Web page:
Standing in awe next to the Earth Mother’s bones. Photo by Weretoad, 2014.

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Homemade Watermelon Juice.  Made and photographed by Grey Catsidhe – 2012

Although it’s hot today in the North Country, the nights keep feeling cooler and I’ve even noticed some color on the trees.  Children are preparing to go back to school and pumpkins are ripening on the vine.  The wheel of the year is turning, folks.  Take a moment and feel it!  While you’re doing that, don’t let summer slide out of your grasp just yet!  Enjoy the last few weeks of summer with some kitchen magic using local ingredients.  I picked up a watermelon from a local organic farm to make one of my favorite things – watermelon juice!

I highly doubt I’m the first one to think of this.  Plenty of people have been juicing longer than me!  I first decided to juice watermelon after a party late July.  We had a ton left over, and I have been experimenting with the juicer I purchased several months ago.  That purchase was not in vain since I’ve had so much fun playing with food using it!  Watermelon seemed like a perfect candidate since it’s already deliciously juicy and, being made mostly of water, would produce little waste*.  This fruity summer potion is perfect for potlucks and sun worshiping in the pool.  It’s also a fun virgin drink for people who can’t or choose not to drink alcohol.


  • One medium to large watermelon (preferably local and/or organic!)
  • A large serrated knife
  • A large cutting board
  • An ice cream scoop, melon baller, or thick spoon
  • A medium or large bowl
  • Either a second bowl, a small pitcher, or a large measuring glass to catch the juice from the juicer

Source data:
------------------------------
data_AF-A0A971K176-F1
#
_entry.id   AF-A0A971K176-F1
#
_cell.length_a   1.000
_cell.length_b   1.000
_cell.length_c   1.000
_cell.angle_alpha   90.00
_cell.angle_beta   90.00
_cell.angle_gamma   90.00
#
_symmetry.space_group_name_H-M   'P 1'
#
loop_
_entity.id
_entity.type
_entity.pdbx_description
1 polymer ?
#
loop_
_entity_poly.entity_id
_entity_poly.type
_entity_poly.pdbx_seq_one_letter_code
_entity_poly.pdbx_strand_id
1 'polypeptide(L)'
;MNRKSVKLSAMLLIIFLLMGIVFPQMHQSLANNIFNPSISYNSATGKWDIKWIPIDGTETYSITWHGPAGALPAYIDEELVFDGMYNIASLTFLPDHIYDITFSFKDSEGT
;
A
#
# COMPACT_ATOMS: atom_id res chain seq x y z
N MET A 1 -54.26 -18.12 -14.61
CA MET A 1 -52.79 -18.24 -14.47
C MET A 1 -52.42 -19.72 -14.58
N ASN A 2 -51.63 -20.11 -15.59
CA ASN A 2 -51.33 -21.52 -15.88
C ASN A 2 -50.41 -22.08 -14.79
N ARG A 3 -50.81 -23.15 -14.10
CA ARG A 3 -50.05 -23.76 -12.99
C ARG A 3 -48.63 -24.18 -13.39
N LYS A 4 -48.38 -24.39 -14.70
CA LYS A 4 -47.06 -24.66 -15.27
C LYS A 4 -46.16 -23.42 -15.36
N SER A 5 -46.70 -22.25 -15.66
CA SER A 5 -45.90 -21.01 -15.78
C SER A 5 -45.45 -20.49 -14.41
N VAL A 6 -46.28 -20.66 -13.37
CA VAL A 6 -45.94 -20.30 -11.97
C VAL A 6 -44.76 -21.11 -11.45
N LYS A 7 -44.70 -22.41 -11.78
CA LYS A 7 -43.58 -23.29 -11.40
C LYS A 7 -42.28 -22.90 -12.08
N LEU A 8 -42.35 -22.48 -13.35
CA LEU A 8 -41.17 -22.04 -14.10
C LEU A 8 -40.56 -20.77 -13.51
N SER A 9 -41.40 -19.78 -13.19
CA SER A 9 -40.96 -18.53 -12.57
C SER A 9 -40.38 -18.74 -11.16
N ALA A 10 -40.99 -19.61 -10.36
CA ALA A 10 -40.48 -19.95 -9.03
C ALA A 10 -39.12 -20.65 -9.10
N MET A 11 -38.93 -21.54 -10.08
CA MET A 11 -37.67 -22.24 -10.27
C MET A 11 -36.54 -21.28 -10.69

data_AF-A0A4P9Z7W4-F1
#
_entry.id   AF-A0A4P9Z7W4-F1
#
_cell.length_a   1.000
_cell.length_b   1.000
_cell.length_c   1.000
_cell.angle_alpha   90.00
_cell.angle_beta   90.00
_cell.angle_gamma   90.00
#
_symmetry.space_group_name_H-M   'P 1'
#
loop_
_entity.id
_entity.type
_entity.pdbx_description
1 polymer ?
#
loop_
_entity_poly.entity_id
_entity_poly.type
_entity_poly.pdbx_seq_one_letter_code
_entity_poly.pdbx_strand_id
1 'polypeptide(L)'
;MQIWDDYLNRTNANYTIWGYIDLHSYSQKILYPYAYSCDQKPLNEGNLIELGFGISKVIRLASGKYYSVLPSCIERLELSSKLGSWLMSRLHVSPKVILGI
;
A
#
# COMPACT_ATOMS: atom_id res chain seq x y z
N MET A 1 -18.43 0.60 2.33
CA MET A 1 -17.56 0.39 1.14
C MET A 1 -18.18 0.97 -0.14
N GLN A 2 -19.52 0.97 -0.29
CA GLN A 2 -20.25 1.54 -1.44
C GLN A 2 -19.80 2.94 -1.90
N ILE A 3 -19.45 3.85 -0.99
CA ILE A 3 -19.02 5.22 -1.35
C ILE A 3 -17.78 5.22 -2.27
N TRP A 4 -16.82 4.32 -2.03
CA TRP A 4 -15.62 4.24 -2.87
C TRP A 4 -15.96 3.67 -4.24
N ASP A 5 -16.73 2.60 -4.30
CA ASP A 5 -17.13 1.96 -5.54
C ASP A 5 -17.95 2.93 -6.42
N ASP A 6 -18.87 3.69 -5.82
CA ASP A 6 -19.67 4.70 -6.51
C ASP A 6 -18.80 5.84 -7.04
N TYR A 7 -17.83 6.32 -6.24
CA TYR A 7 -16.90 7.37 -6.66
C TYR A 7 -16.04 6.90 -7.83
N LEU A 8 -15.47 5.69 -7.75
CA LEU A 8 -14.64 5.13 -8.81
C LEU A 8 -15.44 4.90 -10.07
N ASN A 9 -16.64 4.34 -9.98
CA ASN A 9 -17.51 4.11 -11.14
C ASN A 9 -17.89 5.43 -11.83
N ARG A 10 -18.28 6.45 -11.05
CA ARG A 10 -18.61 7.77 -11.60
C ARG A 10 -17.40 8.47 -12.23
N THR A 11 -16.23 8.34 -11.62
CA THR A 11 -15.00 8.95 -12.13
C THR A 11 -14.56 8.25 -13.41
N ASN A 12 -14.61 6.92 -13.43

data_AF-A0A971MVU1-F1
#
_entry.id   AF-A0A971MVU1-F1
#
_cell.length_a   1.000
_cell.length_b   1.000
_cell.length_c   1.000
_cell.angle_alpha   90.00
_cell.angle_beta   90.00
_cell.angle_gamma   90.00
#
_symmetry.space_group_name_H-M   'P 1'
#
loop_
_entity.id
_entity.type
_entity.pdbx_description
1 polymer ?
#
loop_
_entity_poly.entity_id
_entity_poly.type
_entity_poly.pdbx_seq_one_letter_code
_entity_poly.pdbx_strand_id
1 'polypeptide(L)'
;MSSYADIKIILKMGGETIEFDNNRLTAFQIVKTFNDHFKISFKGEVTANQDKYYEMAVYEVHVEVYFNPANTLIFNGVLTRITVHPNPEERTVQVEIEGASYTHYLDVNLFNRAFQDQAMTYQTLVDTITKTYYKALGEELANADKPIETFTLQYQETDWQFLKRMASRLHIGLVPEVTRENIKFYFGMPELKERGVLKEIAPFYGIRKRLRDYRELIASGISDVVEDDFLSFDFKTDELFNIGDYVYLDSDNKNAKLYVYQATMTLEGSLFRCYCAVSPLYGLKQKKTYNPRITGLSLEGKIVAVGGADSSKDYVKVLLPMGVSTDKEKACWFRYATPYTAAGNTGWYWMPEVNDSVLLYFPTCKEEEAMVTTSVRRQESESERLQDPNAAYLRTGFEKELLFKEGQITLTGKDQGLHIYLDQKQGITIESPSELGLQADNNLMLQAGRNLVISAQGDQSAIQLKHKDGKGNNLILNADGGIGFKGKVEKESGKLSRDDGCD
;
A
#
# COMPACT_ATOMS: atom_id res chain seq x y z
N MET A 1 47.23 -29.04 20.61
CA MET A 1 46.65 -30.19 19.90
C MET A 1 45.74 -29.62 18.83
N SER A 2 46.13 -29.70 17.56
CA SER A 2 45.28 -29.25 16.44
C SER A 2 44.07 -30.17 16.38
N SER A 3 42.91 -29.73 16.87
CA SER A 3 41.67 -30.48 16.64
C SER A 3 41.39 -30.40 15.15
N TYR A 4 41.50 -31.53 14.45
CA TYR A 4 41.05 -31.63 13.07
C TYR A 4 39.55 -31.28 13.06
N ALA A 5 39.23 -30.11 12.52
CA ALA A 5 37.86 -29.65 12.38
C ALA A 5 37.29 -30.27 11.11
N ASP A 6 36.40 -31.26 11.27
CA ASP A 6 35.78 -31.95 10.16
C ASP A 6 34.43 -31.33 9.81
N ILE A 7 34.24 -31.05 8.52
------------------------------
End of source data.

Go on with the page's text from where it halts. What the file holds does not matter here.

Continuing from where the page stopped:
• A large pitcher
  • A juicer **
  • Wooden spoon
  • Glasses for serving
Making Juice – Photo by Grey Catsidhe – 2012


  1. Cut the watermelon in half.  Thinly slice a small section off to save for garnishes if you desire (see top photo).
  2. Using the melon baller, scoop out the watermelon.  Put the pink “meat” into a bowl.  It’s easier to juice it all at once.
  3. Plug your juicer in and put it on the low setting.  Since watermelons aren’t very tough, extra power isn’t necessary.  Make sure you have another bowl or small pitcher below the spout to collect the juice.  Start putting your watermelon into the juicer.
  4. You’ll probably have to stop to empty your bowl or smaller pitcher into the larger pitcher.  Watermelons make a lot of juice!
  5. Stir with a wooden spoon.  This is a great time to incorporate some magic.  Pull in the Two Powers and visualize them going into the drink with the intent to refresh, to inspire, or to energize during the heat.
  6. Refrigerate when done.  You’ll probably want to stir again when chilled.
  7. To enjoy the pink glow, serve in wine glasses.  Garnish with small slices of watermelon if desired.
  8. If you really want, you could stir in some sugar but I haven’t done this and don’t recommend it.  Enjoy the natural sweetness of the watermelon!  So delightful and healthy as is!
*Fret not about the waste!  It can go right into the compost heap!  You can also use the waste for other concoctions.  If I’m making carrot juice, I do the carrots first then empty the juicer bin into a bowl, saving the finely shredded carrot for cake.  Provided you don’t have big seeds in the mix, much of the waste can be turned into filler for soups, homemade fruit rolls, or even crackers using a dehydrator!
** If you don’t have a juicer, you could use a blender or food processor – but it will be thicker.  A juicer separates the liquids from the solids.  You will also have to take the seeds into account if you do not have a juicer.  Either pick them out by hand or find a seedless variety.